Mandalay is the second largest city in Myanmar after Yangon, and a former capital of Myanmar. It is located in the center of the country, bordering Sagaing Region and Magway Region to the west, Shan State to the east, and Bago Region and Kayin State to the south. The regional capital is Mandalay. It is easily accessible by airways, railways, motor ways and water transport.
As it was the capital of last Myanmar kings, Mandalay inherits many cultural heritage. The city is religious hub of upper Myanmar and half of Myanmar’s monks reside in Mandalay and the surrounding areas. Mahamuni Buddha temple, one of Myanmar’s most important religious sites, is the magnificent of Mandalay. Mandalay Hill, a natural watch tower, where can enjoy the stunning panoramic landscape of the city is the best place to enjoy the beautiful sunset.
U Bein Bridge, the longest teak wood bridge in the world, is in Amarapura ancient city near Mandalay. Singaing Hills which has numerous pagodas, monasteries and meditation centers is known as a peaceful place for Buddhist studies. It is also the place where is able to enjoy the beauty of majestic Irrewady River and Sagaing Hills itself.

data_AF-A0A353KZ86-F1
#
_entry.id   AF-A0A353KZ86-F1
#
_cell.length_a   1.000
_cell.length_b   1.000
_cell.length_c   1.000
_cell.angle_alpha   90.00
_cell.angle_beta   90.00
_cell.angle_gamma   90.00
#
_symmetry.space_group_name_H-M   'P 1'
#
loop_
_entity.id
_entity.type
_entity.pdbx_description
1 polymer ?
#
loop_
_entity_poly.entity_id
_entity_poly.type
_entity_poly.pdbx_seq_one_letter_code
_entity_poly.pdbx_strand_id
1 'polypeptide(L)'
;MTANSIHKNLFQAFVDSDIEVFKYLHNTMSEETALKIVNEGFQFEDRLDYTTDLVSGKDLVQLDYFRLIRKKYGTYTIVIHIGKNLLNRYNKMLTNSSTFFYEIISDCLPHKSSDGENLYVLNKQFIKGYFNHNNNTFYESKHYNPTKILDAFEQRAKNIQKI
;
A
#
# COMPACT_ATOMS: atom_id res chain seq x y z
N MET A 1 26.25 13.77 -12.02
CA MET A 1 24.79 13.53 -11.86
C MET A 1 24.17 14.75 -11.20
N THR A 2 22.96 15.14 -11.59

PyinOoLwin and Monywa are the famous tourist destinations close to Mandalay. PyinOoLwin, a beautiful hill station town, is well known for its botanical garden, huge colonial houses, waterfalls & beautiful scenery of natural environment. Monywa is home to the huge Buddha images and limestone caves which has the beautiful mural paintings.
This gorgeously carved teak monastery is beloved by tourists and locals. Commissioned in 1895 by a pair of wealthy Chinese jade merchants, the central building stands on tree-trunk poles and the interior has a soaring dark majesty. Balustrades and roof cornices are covered in detailed engravings, a few of them mildly humorous.